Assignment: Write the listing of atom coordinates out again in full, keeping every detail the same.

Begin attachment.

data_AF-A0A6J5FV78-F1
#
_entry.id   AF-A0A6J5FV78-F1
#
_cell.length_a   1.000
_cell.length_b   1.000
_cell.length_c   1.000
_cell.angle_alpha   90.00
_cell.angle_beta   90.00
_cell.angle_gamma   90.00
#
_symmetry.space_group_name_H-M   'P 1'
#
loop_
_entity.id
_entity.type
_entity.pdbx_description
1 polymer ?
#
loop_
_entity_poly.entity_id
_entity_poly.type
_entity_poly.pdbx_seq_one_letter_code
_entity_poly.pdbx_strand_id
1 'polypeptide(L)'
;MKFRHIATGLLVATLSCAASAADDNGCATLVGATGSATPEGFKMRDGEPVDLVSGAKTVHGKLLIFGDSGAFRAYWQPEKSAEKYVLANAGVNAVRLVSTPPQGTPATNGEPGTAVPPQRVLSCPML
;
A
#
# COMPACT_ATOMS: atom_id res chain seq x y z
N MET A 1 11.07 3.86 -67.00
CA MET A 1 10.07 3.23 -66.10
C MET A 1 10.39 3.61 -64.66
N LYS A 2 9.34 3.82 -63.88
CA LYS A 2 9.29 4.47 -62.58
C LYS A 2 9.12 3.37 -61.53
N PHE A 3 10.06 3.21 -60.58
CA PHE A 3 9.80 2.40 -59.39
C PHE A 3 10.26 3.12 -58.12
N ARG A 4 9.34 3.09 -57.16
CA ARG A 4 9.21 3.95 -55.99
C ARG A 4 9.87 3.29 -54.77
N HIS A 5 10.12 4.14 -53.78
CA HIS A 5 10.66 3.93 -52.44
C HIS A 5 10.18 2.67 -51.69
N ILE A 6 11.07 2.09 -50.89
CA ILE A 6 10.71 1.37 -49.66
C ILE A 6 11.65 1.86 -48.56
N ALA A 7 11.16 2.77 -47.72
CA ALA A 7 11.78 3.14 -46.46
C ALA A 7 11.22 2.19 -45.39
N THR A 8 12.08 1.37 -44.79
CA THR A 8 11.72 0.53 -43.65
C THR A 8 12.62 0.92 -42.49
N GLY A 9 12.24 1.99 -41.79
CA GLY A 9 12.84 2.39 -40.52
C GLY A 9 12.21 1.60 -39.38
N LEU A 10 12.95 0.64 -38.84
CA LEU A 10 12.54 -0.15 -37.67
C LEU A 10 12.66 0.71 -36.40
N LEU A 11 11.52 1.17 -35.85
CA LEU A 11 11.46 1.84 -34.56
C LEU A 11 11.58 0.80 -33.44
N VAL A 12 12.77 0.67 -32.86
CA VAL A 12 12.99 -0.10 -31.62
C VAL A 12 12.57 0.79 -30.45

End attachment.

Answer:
data_AF-A0A6J5FV78-F1
#
_entry.id   AF-A0A6J5FV78-F1
#
_cell.length_a   1.000
_cell.length_b   1.000
_cell.length_c   1.000
_cell.angle_alpha   90.00
_cell.angle_beta   90.00
_cell.angle_gamma   90.00
#
_symmetry.space_group_name_H-M   'P 1'
#
loop_
_entity.id
_entity.type
_entity.pdbx_description
1 polymer ?
#
loop_
_entity_poly.entity_id
_entity_poly.type
_entity_poly.pdbx_seq_one_letter_code
_entity_poly.pdbx_strand_id
1 'polypeptide(L)'
;MKFRHIATGLLVATLSCAASAADDNGCATLVGATGSATPEGFKMRDGEPVDLVSGAKTVHGKLLIFGDSGAFRAYWQPEKSAEKYVLANAGVNAVRLVSTPPQGTPATNGEPGTAVPPQRVLSCPML
;
A
#
# COMPACT_ATOMS: atom_id res chain seq x y z
N MET A 1 11.07 3.86 -67.00
CA MET A 1 10.07 3.23 -66.10
C MET A 1 10.39 3.61 -64.66
N LYS A 2 9.34 3.82 -63.88
CA LYS A 2 9.29 4.47 -62.58
C LYS A 2 9.12 3.37 -61.53
N PHE A 3 10.06 3.21 -60.58
CA PHE A 3 9.80 2.40 -59.39
C PHE A 3 10.26 3.12 -58.12
N ARG A 4 9.34 3.09 -57.16
CA ARG A 4 9.21 3.95 -55.99
C ARG A 4 9.87 3.29 -54.77
N HIS A 5 10.12 4.14 -53.78
CA HIS A 5 10.66 3.93 -52.44
C HIS A 5 10.18 2.67 -51.69
N ILE A 6 11.07 2.09 -50.89
CA ILE A 6 10.71 1.37 -49.66
C ILE A 6 11.65 1.86 -48.56
N ALA A 7 11.16 2.77 -47.72
CA ALA A 7 11.78 3.14 -46.46
C ALA A 7 11.22 2.19 -45.39
N THR A 8 12.08 1.37 -44.79
CA THR A 8 11.72 0.53 -43.65
C THR A 8 12.62 0.92 -42.49
N GLY A 9 12.24 1.99 -41.79
CA GLY A 9 12.84 2.39 -40.52
C GLY A 9 12.21 1.60 -39.38
N LEU A 10 12.95 0.64 -38.84
CA LEU A 10 12.54 -0.15 -37.67
C LEU A 10 12.66 0.71 -36.40
N LEU A 11 11.52 1.17 -35.85
CA LEU A 11 11.46 1.84 -34.56
C LEU A 11 11.58 0.80 -33.44
N VAL A 12 12.77 0.67 -32.86
CA VAL A 12 12.99 -0.10 -31.62
C VAL A 12 12.57 0.79 -30.45